NEW ORLEANS — Researchers, healthcare providers and patients all must recognize that sharing information is key to the future of medicine, U.S. Food and Drug Administration Commissioner Dr. Robert M. Califf said Sunday.

Califf, speaking during the annual Lewis A. Conner Memorial Lecture during the American Heart Association’s Scientific Sessions, noted the importance of collaboration.

“When I entered practice, the limiting factor in progress was technology,” he said, emphasizing the importance of collecting, storing and using health information. “In 2016, the limiting factor of progress is us.”

Less than 15 percent of all clinical guidelines are based on strong evidence because the evidence simply isn’t there, Califf said. For example, recent guidelines on opioid prescribing for chronic pain from the Centers for Disease Control and Prevention contain 12 specific recommendations, but none of them are supported by high-quality evidence, Califf said.

“We need to do a better job generating evidence and a better job of translating evidence into clinical practice,” Califf said.

The basic problem is that health care has traditionally separated evidence-gathering research from routine practice, while sectors like commerce have long recognized the benefit of sharing information as widely as possible and embedding research in routine operations, Califf said.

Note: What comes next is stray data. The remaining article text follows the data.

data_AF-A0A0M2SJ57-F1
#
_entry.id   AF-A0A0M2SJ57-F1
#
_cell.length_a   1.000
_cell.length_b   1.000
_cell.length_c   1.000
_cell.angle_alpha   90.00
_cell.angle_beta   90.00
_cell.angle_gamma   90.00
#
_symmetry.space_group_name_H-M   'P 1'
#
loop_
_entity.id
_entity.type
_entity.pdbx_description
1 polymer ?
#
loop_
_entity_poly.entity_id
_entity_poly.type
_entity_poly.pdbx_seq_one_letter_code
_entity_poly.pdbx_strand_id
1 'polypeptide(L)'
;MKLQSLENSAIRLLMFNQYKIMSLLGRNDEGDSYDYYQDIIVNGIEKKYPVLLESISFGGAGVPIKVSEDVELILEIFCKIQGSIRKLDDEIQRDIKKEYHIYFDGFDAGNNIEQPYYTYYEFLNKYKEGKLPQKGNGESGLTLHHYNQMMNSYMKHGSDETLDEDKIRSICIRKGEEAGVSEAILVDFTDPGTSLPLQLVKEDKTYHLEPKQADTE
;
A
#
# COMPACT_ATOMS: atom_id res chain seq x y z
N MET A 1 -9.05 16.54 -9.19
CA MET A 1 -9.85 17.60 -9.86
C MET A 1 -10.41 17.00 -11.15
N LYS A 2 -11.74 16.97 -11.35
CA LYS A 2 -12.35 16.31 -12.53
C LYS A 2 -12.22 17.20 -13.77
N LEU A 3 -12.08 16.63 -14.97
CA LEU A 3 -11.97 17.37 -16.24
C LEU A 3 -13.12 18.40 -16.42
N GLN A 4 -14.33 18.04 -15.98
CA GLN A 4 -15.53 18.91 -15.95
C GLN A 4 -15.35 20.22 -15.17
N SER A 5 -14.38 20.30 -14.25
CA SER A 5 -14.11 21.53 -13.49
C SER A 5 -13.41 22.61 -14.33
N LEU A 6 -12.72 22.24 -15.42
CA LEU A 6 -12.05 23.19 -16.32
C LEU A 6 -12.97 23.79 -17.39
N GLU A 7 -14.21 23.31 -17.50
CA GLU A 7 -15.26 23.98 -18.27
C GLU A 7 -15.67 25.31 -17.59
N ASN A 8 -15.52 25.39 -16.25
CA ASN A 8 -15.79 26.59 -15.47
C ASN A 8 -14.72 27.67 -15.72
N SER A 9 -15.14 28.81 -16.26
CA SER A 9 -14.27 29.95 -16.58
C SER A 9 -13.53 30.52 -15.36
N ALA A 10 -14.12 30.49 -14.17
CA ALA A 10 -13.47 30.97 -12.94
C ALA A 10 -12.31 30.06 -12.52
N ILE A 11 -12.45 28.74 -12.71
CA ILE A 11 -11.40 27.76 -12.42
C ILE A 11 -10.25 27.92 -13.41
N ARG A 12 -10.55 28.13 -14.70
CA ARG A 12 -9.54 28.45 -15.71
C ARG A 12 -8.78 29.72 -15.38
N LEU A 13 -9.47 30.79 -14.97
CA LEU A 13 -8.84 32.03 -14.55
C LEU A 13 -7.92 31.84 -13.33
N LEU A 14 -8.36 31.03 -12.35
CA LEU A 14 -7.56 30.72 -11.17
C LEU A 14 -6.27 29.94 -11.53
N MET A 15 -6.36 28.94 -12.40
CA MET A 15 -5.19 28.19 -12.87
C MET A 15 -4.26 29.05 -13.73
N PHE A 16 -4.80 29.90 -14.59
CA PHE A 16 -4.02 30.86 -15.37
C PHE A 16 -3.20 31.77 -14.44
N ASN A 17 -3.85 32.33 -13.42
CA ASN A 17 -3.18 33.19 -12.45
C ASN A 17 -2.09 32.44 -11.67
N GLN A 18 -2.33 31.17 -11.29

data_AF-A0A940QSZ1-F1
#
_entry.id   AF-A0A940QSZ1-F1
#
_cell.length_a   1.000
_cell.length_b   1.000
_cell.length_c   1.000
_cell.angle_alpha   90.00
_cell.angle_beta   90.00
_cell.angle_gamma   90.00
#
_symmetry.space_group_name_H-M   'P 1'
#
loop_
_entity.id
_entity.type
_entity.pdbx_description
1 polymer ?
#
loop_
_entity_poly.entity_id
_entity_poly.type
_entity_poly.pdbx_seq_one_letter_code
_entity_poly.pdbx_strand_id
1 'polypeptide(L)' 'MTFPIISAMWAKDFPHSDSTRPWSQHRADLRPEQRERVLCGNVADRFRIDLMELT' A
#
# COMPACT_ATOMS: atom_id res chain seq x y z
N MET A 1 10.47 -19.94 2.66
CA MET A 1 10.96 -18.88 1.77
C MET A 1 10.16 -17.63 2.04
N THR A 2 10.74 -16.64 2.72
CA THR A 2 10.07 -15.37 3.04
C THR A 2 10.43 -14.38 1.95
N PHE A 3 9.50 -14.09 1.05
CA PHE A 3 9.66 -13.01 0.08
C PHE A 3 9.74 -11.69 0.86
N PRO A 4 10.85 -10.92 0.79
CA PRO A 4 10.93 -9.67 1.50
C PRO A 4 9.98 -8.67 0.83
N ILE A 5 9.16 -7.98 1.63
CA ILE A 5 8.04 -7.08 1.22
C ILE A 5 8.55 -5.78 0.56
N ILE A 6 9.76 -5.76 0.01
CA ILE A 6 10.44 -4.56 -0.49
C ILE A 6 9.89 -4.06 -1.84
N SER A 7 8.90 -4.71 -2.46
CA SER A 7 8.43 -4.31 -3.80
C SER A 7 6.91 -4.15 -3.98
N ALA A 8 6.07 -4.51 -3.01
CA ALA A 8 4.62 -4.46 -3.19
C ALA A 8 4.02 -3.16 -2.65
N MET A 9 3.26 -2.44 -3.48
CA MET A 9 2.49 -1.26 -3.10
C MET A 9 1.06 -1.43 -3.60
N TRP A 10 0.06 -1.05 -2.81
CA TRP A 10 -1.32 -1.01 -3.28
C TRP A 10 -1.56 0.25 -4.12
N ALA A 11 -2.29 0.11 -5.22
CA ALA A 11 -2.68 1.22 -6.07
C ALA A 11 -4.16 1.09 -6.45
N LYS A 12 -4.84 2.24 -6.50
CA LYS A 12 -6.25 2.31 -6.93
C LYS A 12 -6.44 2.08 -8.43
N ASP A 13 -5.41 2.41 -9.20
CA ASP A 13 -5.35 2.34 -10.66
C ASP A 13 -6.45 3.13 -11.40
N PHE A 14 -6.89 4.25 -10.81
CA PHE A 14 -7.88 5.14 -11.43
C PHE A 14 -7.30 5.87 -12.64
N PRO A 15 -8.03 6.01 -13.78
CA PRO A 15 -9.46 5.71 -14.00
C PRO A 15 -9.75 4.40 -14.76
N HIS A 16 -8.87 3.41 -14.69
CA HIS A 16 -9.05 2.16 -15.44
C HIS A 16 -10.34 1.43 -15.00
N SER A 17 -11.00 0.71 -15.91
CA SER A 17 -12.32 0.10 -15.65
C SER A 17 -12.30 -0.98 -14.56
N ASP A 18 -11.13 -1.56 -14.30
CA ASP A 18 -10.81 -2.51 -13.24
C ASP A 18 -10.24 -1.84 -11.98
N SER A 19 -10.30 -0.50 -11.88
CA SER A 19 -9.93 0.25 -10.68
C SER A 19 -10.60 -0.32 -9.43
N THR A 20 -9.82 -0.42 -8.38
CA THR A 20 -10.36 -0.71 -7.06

The key to the success of Amazon, Google and other tech and data-management companies is the creation of a learning culture that values information sharing and implants research into everything they do. Doing that as part of clinical practice is starting to take hold in health care, he said.

Health systems nationally are already collecting and sharing data, Califf said. With virtually all Americans in the healthcare system on electronic health records, collecting, sharing and analyzing data is easier than ever before, and federal agencies are moving in similar directions.

The Veterans Administration already has created a database of more than 500,000 veterans who have agreed to share their medical data and specimens for research. PCORNet, the National Patient-Centered Clinical Research Network, has enlisted about 145 million people who have agreed to share information and results.

“If we had an efficient data collection and sharing system, we would see greater than the 50 percent improvement we have already seen in cardiac outcomes,” Califf said. “All we need is the cultural and ethical principle that promotes the sharing of information for the benefit of our patients and our clinical practices.”